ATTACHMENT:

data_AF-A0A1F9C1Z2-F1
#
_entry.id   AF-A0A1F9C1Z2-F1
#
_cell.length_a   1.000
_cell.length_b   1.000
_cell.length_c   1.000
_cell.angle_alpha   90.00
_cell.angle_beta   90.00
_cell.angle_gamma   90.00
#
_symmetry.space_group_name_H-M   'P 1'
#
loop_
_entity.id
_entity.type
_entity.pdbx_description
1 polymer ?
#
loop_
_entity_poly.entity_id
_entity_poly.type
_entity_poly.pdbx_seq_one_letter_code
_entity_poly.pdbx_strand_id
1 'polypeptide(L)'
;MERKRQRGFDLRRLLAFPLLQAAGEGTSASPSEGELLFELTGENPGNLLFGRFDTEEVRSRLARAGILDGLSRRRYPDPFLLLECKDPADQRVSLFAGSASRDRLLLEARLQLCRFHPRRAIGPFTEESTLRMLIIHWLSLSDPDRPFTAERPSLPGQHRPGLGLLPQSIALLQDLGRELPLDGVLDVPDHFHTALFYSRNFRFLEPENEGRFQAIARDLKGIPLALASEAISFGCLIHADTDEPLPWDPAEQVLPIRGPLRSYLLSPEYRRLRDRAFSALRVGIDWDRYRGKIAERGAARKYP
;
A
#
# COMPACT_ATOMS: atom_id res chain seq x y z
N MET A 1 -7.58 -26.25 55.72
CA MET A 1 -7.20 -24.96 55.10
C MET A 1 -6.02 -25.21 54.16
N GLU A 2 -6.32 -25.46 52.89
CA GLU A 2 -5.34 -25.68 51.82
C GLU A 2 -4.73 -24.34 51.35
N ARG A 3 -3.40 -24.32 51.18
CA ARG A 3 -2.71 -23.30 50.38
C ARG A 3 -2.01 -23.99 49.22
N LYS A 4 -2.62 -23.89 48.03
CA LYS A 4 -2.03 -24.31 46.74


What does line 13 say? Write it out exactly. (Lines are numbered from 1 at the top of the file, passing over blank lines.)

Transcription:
#